Whom would you like to interview, and what would you ask?

Richard Melville Hall, a.k.a. Moby, is one of the most important dance music figures of the early '90s, helping bring the music to a mainstream audience both in England and in America.

Born in Harlem, New York in 1965, and raised in Darien, CT, he played in a hardcore punk band called the Vatican Commandos as a teenager before moving to New York City, where he began DJing in dance clubs. During the late '80s, he released a number of singles and EPs before, in 1991, he set the theme from David Lynch's television series Twin Peaks to an insistent, house-derived rhythm and titled the result "Go." The single became a surprise British hit single, climbing into the Top Ten, and was named one of Rolling Stone's top 200 records of all time. Moby, his first full-length album, appeared in 1992.  Since then, Moby has recorded eleven studio albums, including his multi-platinum breakthrough Play (1999), 18 (2002), Hotel (2005), Go: The Very Best of Moby (2006) and Last Night (2008).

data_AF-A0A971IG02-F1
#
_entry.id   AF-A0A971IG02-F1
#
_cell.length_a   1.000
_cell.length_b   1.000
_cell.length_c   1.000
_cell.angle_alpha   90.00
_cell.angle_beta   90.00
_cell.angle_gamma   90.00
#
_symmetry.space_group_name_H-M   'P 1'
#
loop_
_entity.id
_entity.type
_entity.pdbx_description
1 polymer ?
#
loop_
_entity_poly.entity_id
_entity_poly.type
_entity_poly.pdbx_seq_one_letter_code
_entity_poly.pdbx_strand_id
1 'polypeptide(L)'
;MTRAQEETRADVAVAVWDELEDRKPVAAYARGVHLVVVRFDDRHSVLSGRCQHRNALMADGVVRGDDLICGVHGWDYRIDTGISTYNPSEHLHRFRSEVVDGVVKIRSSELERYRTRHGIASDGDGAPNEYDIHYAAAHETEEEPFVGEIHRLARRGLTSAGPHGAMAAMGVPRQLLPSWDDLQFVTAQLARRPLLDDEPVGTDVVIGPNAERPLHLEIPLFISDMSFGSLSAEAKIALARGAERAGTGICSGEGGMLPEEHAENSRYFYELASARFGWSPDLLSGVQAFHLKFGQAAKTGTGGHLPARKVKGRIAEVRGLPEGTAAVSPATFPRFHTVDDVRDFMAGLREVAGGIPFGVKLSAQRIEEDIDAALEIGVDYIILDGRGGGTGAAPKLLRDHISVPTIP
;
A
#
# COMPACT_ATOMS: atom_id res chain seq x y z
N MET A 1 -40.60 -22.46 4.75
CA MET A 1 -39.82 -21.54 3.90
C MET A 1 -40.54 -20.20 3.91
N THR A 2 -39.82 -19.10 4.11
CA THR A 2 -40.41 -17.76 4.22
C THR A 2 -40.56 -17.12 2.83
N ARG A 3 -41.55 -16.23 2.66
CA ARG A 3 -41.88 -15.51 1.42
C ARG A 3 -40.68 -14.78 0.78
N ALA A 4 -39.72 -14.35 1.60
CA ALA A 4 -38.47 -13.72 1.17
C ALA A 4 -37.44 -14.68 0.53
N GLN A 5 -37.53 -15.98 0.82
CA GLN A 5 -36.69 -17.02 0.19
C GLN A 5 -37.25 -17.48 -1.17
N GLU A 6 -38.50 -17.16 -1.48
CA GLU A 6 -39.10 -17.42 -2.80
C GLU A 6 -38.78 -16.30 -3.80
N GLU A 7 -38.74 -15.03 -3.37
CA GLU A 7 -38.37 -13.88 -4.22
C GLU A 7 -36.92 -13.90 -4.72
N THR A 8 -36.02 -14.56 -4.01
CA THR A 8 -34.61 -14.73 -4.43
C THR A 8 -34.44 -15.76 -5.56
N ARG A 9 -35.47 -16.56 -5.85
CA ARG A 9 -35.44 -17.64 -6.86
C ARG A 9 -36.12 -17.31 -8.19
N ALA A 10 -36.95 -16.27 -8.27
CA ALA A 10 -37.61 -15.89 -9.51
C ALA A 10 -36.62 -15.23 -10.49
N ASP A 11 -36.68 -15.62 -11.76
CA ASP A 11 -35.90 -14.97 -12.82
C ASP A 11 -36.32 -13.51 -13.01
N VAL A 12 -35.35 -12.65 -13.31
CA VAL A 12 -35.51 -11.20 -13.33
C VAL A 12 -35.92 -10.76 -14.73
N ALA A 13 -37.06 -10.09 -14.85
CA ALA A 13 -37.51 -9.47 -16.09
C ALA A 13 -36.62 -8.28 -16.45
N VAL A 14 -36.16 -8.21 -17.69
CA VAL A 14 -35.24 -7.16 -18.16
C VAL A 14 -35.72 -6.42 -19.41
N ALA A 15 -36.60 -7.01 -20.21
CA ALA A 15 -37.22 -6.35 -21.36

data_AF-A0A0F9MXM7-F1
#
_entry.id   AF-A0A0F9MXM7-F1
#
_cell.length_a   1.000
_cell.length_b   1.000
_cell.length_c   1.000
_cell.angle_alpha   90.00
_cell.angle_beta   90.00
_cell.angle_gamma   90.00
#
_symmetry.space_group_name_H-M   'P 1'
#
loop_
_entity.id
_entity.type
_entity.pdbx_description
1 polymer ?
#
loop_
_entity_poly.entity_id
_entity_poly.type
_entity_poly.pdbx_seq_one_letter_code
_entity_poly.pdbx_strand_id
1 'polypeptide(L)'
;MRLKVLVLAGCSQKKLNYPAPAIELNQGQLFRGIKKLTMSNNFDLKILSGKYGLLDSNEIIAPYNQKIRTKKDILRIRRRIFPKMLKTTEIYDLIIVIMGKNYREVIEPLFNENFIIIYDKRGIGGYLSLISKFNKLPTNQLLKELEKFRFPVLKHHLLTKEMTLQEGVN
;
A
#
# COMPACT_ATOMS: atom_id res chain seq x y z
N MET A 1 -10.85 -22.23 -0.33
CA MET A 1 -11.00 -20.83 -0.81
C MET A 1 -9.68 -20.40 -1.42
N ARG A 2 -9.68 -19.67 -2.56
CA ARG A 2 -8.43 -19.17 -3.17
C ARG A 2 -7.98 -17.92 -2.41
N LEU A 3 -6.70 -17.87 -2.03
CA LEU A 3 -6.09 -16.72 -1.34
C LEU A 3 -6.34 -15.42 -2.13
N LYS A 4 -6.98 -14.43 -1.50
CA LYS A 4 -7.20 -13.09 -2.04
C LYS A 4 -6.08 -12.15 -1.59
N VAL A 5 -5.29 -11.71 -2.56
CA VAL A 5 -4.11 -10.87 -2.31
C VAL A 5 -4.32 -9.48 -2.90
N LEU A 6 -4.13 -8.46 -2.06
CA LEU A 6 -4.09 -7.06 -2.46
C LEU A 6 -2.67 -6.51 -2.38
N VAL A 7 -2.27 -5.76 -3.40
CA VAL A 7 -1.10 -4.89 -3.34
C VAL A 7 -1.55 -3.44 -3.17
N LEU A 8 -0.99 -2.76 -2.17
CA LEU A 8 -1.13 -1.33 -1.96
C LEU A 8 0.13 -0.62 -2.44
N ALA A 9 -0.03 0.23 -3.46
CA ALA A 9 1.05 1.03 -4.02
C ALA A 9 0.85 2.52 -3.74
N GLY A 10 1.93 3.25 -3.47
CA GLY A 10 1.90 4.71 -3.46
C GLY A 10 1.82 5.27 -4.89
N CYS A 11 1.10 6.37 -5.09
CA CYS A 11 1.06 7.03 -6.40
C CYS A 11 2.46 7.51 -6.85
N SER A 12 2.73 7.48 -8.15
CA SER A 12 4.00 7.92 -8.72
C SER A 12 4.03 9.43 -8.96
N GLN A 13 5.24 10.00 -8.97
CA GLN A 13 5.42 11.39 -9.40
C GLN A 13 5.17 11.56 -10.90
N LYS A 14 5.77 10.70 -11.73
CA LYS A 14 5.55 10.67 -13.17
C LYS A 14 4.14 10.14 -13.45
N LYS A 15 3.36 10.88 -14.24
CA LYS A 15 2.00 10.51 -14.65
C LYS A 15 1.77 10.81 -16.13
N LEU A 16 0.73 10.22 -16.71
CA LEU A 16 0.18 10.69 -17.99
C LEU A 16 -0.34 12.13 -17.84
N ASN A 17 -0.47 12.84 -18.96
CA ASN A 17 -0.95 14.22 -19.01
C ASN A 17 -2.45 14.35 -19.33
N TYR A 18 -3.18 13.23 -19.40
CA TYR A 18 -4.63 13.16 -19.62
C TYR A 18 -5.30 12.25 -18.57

In addition to his musical endeavors, Moby is the proprietor of teany cafe and teas. He is also a well-known advocate for a variety of progressive causes, working with MoveOn.org and PETA, among others. He actively engages in nonpartisan activism.

  • Transcript


Moby:    I would love to interview our president, G.W. Bush.  Just . . . just ask him the simple question.  He says that he’s a Christian.  And he aligns himself with the Christian right.  And I would just ask him, like, where in the teachings of Christ do you justify invading a country and killing 250,000 people?  I know the teachings of Christ pretty well, and Christ never said never said go forth and kill 250,000 innocent people.  Or I would say, as a Christian how are you a proponent of the death penalty?  Does…and I would try not to be judgmental, I would just say, like show me, maybe there’s the hidden chapter of the New Testament I haven’t seen where you get, you and all your crazy evangelical friends get your ideas from, but I haven’t read it, and as far as I know no one else has either.